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Acta Orthop. 2016 June; 87(3): 286–290.
Published online 2016 January 27. doi:  10.3109/17453674.2016.1141631
PMCID: PMC4900080

Morbidity and mortality after bilateral simultaneous total knee arthroplasty in a fast-track setting

Abstract

Background and purpose

The safety aspects of bilateral simultaneous total knee arthroplasty (BSTKA) are still debated. In this retrospective single-center study, we investigated early morbidity and mortality following BSTKA in a modern fast-track setting. We also identified risk factors for re-admission within 90 days and for a length of stay (LOS) of more than 5 days.

Patients and methods

284 patients were selected to receive BSTKA at our institution from 2008 through 2014 in a well-described, standardized fast-track setup (Husted 2012a, b). All re-admissions within 90 days were identified and mortality rates and time until death were recorded. Transfusion rates and numbers of transfusions were also recorded. Logistic regression analysis was used to identify risk factors for re-admission within 90 days, and also for a LOS of more than 5 days.

Results

90-day mortality was 0%. 10% of the patients were re-admitted within 90 days. Median time to re-admission was 18 (3–75) days. 153 patients (54%) received postoperative blood transfusions. An ASA score of 3 was identified as an independent risk factor for re-admission within 90 days (OR = 5, 95% CI: 1.3–19) and for LOS of > 5 days (OR = 6, 95% CI: 1.6–21). Higher BMI was a weak risk factor for re-admission within 90 days.

Interpretation

BSTKA in selected patients without cardiopulmonary disease in a fast-track setting appears to be safe with respect to early postoperative morbidity and mortality. Surgeons should be aware that patients with an ASA score of 3 have an increased risk of re-admission and a prolonged length of stay, while patients with higher BMI have an increased risk of re-admission following BSTKA.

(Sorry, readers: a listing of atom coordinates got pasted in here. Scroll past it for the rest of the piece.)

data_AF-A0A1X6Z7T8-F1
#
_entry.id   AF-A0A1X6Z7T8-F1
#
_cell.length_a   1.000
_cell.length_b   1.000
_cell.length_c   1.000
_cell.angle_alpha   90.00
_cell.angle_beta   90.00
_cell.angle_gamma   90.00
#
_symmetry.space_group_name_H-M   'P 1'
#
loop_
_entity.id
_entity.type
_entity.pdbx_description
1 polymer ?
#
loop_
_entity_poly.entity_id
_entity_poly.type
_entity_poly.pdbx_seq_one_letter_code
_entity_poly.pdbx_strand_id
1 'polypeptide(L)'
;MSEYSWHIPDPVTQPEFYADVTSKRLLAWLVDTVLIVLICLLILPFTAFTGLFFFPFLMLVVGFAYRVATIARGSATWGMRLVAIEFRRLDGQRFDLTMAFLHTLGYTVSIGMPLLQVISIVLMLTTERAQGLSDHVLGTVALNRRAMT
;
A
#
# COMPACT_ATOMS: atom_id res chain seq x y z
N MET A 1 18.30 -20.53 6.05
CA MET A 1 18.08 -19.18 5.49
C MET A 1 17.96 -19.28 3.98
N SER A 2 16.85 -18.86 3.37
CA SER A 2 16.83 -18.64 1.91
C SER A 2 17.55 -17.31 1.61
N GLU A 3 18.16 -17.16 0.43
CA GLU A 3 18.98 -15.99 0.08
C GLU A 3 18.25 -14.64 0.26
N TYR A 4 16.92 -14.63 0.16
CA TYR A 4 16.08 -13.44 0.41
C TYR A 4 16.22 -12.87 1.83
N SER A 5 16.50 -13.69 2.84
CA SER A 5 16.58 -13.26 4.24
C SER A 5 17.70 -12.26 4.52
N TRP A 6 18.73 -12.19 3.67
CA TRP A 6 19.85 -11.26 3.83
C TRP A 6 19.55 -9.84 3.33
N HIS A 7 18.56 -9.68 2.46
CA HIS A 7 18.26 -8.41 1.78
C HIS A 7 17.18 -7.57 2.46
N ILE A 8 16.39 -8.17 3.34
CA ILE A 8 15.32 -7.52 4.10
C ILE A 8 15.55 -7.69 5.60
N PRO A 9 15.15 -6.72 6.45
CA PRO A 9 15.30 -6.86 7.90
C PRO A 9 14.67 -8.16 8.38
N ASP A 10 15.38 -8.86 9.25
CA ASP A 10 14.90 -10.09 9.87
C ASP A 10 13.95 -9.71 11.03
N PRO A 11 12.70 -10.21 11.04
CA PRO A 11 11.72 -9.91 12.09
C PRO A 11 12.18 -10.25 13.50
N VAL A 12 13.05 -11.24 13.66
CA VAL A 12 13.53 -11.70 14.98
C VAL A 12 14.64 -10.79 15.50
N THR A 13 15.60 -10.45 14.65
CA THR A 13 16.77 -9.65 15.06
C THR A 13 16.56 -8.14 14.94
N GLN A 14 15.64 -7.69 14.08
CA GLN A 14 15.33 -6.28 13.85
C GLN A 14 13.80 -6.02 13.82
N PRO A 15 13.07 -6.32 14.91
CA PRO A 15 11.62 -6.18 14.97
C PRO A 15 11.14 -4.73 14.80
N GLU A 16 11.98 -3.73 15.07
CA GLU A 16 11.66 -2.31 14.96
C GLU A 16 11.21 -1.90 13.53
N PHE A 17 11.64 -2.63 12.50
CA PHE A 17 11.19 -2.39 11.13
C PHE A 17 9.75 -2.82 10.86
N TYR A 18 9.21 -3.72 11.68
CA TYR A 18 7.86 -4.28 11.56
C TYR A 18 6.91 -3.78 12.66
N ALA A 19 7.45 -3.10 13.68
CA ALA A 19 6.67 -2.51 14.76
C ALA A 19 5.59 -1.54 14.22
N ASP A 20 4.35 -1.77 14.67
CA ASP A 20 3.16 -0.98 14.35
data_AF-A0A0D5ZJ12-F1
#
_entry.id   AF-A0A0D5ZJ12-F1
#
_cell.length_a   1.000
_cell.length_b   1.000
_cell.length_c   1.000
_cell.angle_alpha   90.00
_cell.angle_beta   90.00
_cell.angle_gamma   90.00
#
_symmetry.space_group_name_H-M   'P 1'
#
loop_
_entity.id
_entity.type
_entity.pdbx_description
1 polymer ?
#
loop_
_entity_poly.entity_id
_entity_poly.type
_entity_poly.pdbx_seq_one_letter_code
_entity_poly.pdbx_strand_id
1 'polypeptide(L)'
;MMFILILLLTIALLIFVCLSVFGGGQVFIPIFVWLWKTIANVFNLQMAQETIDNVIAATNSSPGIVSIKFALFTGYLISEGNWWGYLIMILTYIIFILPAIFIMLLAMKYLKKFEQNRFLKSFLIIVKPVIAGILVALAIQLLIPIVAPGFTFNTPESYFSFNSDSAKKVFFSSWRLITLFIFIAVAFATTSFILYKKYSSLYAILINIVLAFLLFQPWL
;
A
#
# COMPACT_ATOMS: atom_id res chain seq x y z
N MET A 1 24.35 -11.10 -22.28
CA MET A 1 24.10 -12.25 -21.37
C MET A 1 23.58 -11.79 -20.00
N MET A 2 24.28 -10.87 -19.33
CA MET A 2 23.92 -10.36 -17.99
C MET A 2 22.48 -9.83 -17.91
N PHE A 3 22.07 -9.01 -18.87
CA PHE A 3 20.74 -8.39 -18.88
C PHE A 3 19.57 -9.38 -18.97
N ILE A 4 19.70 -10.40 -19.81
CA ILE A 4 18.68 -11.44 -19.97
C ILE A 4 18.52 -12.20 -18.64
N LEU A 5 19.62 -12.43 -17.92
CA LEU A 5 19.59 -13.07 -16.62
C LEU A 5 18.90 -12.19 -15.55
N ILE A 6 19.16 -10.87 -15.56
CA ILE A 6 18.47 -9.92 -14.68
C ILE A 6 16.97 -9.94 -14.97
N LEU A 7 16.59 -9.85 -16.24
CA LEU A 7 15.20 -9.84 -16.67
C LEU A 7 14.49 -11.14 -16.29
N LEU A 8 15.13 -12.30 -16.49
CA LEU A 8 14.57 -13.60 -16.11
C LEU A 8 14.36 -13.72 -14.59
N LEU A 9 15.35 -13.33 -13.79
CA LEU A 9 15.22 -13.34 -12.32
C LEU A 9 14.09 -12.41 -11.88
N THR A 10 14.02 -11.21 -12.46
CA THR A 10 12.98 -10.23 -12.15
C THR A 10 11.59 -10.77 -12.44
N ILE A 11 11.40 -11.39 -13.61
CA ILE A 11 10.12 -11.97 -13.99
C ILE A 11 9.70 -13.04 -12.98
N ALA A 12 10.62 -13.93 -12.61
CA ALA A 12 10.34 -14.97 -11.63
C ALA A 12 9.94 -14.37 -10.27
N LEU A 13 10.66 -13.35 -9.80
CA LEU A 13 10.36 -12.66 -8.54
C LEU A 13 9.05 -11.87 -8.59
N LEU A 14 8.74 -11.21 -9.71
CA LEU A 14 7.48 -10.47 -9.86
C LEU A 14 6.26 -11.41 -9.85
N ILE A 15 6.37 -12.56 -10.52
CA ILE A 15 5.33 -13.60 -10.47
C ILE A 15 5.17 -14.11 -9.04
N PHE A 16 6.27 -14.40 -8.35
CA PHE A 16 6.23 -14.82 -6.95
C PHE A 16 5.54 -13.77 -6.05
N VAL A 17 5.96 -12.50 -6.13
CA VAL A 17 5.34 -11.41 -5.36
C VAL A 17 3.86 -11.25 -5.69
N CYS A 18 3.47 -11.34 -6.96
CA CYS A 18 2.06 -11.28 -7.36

Fast-track knee arthroplasty is a cost-efficient and safe treatment method for osteoarthritis of the knee, with excellent patient satisfaction, early functional recovery, and low postoperative morbidity and mortality (Kehlet 2013). Close to one-third of patients scheduled to undergo primary TKA present with bilateral symptoms (Metcalfe et al. 2012). In these cases, the surgeon can choose to either perform a staged procedure or a simultaneous bilateral procedure, depending on comorbidities, the preference of the patient, and so on. The proposed benefits of bilateral simultaneous TKA (BSTKA), including reduced total financial costs and shorter total convalescence period (Odum et al. 2013, Lin et al. 2014), have led to an increased number of simultaneous procedures in recent decades (Hooper et al. 2009, Memtsoudis et al. 2013, Poultsides et al. 2014, Lindberg-Larsen et al. 2015). However, the safety aspects of BSTKA are still debated, as several studies have shown a higher risk of postoperative complications and even higher postoperative mortality after simultaneous procedures than after staged procedures (Restrepo et al. 2007, Stefánsdóttir et al. 2008, Hu et al. 2011, Bolognesi et al. 2013). On the other hand, other authors have reported that BSTKA is safe without any increase in postoperative morbidity and mortality (Hooper et al. 2009, Bini et al. 2014, Lindberg-Larsen et al. 2015).

Comparison of studies on BSTKA is complicated by the use of different inclusion criteria, different patient populations, and different perioperative protocols. Few studies have investigated mortality and morbidity following BSTKA in a fast-track setting (Husted et al. 2011, Hart et al. 2015). Further studies are needed to evaluate the safety aspects of simultaneous procedures performed in a modern fast-track setup, with surgery performed without drains or tourniquet, same-day mobilization, and a short length of stay (LOS).

In this retrospective single-center study, we investigated early morbidity and mortality following BSTKA in a modern fast-track setting. We also identified risk factors for re-admission within 90 days and for a LOS of more than 5 days.

Patients and methods

284 patients were selected to receive BSTKA at our institution from 2008 through 2014 in a well-described, standardized fast-track setup (Husted 2012). All patients presented with painful bilateral knee osteoarthritis, had no known cardiopulmonary comorbidity, and were operated by a consultant specialized in joint replacement surgery. Minimum follow-up was 1 years (range: 1–7.5). Median age was 65 (33–86) years, 53% of the patients (150/284) were female, and mean BMI was 30 (19–50). 26% of the patients had an ASA score of 1, 68% had an ASA score of 2, and 6% had an ASA score of 3.